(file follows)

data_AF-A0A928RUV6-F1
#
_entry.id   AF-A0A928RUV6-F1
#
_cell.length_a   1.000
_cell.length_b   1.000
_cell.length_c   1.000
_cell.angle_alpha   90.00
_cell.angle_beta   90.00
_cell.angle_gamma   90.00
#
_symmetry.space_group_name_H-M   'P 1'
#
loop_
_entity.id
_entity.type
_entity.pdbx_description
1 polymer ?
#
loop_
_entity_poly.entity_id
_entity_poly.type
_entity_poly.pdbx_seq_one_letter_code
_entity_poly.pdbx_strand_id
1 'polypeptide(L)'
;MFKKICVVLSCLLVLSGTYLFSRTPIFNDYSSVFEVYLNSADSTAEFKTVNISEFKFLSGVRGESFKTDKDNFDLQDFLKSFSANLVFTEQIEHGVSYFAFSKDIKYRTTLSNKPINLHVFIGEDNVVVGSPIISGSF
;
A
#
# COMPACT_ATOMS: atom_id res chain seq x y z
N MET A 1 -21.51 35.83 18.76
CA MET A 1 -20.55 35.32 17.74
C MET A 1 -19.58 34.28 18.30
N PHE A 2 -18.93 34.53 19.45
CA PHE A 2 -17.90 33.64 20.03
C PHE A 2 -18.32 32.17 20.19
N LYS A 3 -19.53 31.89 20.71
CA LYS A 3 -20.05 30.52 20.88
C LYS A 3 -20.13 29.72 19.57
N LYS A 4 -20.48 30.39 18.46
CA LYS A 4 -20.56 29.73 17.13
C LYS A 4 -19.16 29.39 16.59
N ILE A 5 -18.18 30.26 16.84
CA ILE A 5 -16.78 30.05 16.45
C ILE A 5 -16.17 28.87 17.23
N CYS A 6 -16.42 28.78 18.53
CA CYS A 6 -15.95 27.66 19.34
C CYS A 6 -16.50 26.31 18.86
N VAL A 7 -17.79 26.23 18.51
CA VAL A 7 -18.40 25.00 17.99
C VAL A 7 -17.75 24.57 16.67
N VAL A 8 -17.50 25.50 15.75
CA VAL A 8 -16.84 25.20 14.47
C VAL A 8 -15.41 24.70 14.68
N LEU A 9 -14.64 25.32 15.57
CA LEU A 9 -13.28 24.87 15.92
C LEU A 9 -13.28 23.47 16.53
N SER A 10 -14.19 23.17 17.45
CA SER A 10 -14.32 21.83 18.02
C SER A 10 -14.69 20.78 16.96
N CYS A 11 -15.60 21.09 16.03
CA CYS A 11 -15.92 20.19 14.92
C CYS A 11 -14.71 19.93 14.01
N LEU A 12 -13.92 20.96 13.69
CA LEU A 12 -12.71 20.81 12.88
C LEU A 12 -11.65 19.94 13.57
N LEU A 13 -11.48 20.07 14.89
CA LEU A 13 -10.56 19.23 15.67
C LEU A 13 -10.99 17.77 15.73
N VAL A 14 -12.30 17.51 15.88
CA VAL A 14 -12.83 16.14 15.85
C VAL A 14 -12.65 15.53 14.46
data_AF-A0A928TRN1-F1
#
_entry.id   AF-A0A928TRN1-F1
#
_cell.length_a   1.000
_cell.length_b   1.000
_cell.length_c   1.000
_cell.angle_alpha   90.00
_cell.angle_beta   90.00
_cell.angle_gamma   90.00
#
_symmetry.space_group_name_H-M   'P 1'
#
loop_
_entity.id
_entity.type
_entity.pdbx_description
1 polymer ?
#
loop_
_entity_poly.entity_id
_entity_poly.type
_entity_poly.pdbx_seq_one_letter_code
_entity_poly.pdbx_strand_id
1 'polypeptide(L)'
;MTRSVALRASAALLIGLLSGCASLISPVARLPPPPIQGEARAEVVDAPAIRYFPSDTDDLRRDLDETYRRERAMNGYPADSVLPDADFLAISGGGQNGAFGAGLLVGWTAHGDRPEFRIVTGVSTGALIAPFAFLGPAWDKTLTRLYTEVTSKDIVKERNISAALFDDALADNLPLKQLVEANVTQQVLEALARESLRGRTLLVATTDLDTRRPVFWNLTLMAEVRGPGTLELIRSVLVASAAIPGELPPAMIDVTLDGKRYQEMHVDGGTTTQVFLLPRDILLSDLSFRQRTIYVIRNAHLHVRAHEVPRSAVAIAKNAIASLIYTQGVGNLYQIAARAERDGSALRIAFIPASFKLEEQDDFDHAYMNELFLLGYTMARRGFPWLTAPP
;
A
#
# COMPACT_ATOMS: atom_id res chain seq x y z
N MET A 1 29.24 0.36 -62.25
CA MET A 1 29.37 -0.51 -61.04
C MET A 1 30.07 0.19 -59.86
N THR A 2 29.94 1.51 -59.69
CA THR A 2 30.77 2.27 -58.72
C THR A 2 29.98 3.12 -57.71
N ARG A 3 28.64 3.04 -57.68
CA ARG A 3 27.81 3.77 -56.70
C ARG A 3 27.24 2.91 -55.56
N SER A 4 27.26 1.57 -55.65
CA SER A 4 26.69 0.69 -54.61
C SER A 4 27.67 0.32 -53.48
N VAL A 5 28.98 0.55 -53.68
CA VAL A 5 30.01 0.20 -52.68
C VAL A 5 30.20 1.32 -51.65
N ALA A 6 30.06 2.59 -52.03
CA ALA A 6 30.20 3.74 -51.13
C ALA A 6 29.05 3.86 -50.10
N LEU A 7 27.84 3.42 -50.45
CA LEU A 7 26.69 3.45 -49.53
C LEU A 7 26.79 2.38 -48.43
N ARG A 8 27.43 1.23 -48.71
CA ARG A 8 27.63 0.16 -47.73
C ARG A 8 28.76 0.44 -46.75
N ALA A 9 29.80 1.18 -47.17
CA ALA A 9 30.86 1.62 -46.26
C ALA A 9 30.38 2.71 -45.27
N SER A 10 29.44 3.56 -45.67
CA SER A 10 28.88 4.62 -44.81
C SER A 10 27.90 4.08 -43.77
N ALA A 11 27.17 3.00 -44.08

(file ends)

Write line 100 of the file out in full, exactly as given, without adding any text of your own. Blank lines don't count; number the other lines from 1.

A